iChannel was launched by Sunnyside Films in 2006, when youtube was in its infancy (and facebook, twitter, and the iPhone had yet to take over the world). The idea of the series was to take advantage of the comments section of video posts and create a series where viewers could interact with the characters and influence the story. Comments were used as text messages which characters received on their phones. The series received over 2.5 million views and ran for three years.
An anonymous young man wakes up one morning to discover that every moment of his life is suddenly being broadcast to the world. Though the audience never learns his name (he’s known only by his last initial “I.”) , we can tell right off the bat that this is an intensely private, overly anxious (and maybe even lonely) man; and having anyone (let alone thousands) involved in his personal life causes him deep stress and agitation. He tries to explain his surreal predicament to the prominent figures in his life (his brother, his boss, his next door neighbor, etc.), but he meets nothing but blank stares and disbelief. He tries to escape the gaze of his viewers, but quickly realizes it’s simply impossible. His audience is here to stay and there’s nothing he can do about it.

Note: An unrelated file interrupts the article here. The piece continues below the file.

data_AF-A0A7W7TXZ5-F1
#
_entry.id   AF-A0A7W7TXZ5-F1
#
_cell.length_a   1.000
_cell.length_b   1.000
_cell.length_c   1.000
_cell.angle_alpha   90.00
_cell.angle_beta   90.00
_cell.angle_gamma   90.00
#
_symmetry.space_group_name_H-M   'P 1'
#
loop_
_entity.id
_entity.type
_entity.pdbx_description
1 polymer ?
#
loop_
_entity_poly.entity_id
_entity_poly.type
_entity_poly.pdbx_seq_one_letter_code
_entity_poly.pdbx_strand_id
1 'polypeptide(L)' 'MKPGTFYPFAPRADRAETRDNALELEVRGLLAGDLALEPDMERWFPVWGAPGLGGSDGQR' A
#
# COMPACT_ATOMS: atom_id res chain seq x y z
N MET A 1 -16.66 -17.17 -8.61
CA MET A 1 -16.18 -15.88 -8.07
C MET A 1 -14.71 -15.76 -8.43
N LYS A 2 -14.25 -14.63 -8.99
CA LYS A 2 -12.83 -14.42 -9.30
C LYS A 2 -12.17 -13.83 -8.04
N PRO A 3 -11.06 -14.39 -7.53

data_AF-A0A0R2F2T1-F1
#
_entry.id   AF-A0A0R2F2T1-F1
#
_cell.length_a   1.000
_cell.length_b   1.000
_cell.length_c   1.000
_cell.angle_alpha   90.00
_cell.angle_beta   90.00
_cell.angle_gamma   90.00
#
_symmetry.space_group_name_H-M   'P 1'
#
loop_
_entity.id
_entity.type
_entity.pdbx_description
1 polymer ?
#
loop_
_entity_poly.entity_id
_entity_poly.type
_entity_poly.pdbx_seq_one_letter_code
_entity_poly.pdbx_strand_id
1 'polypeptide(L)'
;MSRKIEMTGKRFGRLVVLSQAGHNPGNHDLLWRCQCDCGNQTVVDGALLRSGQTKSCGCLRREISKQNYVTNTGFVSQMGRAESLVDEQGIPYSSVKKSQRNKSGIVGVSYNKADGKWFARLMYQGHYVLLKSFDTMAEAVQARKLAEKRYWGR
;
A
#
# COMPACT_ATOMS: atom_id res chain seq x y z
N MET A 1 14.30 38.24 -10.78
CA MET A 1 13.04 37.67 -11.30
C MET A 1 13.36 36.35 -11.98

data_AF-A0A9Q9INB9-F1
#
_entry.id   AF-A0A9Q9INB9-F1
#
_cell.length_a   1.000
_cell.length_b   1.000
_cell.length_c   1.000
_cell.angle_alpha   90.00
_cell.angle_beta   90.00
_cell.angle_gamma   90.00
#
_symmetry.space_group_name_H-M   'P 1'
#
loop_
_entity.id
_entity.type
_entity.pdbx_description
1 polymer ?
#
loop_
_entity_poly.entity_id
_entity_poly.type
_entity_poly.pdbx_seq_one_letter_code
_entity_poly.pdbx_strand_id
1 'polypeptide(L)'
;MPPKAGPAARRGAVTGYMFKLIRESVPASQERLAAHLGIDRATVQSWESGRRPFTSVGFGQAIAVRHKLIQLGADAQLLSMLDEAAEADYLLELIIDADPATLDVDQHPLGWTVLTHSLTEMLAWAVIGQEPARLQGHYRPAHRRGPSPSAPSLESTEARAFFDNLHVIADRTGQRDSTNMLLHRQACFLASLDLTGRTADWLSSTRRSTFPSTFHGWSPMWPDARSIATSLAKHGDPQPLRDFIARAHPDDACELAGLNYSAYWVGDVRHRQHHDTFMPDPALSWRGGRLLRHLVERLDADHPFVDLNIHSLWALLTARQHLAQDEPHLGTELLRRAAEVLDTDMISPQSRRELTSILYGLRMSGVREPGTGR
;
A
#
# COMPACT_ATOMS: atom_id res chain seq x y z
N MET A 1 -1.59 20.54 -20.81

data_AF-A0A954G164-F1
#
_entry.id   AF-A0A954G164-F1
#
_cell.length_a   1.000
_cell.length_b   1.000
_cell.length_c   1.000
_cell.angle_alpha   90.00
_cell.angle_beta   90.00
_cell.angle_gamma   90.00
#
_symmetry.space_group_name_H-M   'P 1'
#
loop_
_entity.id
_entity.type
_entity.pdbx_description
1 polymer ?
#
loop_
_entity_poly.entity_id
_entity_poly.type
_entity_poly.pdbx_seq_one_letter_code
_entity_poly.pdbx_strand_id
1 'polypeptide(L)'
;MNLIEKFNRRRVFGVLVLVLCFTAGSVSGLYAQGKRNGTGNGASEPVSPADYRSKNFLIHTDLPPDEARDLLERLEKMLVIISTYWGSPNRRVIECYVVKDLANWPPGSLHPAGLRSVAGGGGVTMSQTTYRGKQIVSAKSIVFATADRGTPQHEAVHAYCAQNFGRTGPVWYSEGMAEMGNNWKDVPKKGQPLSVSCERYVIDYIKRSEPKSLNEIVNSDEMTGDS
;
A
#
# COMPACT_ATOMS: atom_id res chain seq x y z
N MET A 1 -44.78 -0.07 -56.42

The plot thickens when the young man called “I.” opens his door to find a small PDA at his doorstep. After engaging the device, he begins to receive text messages from his unseen audience. Convince d that the device might one day point him in the direction of how he might escape this existential nightmare, he hangs on to it despite the barrage of constant comments. These comments range from advice on how to deal with his life’s quandaries and daily dilemmas, judgment on how he consistently closes himself off to the rest of the world, and even occasional flattery—there are those in the audience who find his neurotic behavior and panic attacks charming, despite his humbug attitude and constant reluctance to fully engage with his audience.
Left with little option, “I.” gradually begins to let his audience navigate him through his day-to-day trials and tribulations (including of course his here-to-fore inactive love life). Though only a few in his life ever discover his mysterious predicament, his associates do of course begin to notice his increasingly strange behavior. And his gradual transformation. The audience encourages him to open up and to cease worrying so much about the judgment of others, and slowly he begins to relax, and enjoy his life, and ultimately even grows to depend on the interaction with these anonymous others.